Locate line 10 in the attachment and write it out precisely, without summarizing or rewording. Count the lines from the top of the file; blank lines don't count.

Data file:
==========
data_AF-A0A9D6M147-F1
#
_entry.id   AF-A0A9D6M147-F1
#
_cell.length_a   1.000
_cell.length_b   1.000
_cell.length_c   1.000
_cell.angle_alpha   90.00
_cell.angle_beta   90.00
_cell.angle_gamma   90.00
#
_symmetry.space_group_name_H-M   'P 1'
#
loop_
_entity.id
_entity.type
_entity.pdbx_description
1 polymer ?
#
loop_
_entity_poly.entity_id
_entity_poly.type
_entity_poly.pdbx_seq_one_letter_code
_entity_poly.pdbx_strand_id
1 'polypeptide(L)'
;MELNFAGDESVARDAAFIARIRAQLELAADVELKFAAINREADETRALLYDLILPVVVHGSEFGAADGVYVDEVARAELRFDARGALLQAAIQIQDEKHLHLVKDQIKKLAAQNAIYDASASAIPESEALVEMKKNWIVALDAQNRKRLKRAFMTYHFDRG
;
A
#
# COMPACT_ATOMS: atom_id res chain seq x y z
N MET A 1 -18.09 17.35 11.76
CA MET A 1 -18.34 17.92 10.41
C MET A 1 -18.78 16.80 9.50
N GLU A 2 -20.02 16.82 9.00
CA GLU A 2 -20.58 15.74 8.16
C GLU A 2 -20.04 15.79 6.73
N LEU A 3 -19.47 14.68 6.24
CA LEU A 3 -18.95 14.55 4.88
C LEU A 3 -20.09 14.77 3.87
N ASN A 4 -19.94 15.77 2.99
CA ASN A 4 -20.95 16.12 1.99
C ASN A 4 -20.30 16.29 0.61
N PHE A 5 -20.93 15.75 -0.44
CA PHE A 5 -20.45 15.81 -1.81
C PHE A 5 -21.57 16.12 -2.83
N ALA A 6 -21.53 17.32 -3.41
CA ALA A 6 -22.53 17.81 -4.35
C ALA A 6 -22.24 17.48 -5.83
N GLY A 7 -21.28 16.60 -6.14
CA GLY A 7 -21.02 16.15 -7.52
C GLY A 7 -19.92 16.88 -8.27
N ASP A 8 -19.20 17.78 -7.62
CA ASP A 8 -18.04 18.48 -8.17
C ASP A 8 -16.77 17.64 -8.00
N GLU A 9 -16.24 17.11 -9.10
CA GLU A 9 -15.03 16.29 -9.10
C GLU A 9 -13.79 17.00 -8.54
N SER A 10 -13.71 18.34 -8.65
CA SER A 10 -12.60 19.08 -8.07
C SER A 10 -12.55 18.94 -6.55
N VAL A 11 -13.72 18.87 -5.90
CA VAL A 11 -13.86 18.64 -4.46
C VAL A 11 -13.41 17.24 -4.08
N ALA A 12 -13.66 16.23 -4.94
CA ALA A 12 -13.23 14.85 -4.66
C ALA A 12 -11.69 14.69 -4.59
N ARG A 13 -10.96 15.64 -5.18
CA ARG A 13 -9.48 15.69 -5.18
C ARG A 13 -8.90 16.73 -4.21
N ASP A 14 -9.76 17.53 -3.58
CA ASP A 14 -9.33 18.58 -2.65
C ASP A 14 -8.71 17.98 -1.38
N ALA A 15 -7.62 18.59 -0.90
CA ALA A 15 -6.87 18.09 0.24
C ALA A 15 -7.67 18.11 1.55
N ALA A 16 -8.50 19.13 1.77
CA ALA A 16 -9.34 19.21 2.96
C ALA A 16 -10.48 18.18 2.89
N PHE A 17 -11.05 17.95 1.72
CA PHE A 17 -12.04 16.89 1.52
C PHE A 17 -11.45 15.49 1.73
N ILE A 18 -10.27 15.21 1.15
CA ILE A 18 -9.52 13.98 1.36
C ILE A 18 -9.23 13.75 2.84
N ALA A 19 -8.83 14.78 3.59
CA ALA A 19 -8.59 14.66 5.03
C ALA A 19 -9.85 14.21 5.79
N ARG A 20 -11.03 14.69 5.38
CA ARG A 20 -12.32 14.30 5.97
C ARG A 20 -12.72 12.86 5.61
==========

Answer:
_cell.angle_gamma   90.00